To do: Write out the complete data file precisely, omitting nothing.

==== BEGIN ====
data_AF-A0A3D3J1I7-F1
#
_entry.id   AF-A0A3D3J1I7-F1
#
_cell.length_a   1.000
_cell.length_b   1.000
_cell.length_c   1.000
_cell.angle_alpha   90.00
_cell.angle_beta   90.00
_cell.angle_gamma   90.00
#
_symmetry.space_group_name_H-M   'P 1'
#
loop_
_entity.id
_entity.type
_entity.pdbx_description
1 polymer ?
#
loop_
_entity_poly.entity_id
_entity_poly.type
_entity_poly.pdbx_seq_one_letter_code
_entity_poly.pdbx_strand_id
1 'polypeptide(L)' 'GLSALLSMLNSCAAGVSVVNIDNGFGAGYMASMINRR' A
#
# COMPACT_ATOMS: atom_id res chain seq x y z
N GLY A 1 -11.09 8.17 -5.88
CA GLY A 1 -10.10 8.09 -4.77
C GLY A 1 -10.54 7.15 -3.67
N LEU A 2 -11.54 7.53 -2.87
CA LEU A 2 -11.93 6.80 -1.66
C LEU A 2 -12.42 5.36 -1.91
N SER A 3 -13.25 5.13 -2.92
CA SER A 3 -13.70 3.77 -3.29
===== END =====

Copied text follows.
data_AF-A0A3D3J1I7-F1
#
_entry.id   AF-A0A3D3J1I7-F1
#
_cell.length_a   1.000
_cell.length_b   1.000
_cell.length_c   1.000
_cell.angle_alpha   90.00
_cell.angle_beta   90.00
_cell.angle_gamma   90.00
#
_symmetry.space_group_name_H-M   'P 1'
#
loop_
_entity.id
_entity.type
_entity.pdbx_description
1 polymer ?
#
loop_
_entity_poly.entity_id
_entity_poly.type
_entity_poly.pdbx_seq_one_letter_code
_entity_poly.pdbx_strand_id
1 'polypeptide(L)' 'GLSALLSMLNSCAAGVSVVNIDNGFGAGYMASMINRR' A
#
# COMPACT_ATOMS: atom_id res chain seq x y z
N GLY A 1 -11.09 8.17 -5.88
CA GLY A 1 -10.10 8.09 -4.77
C GLY A 1 -10.54 7.15 -3.67
N LEU A 2 -11.54 7.53 -2.87
CA LEU A 2 -11.93 6.80 -1.66
C LEU A 2 -12.42 5.36 -1.91
N SER A 3 -13.25 5.13 -2.92
CA SER A 3 -13.70 3.77 -3.29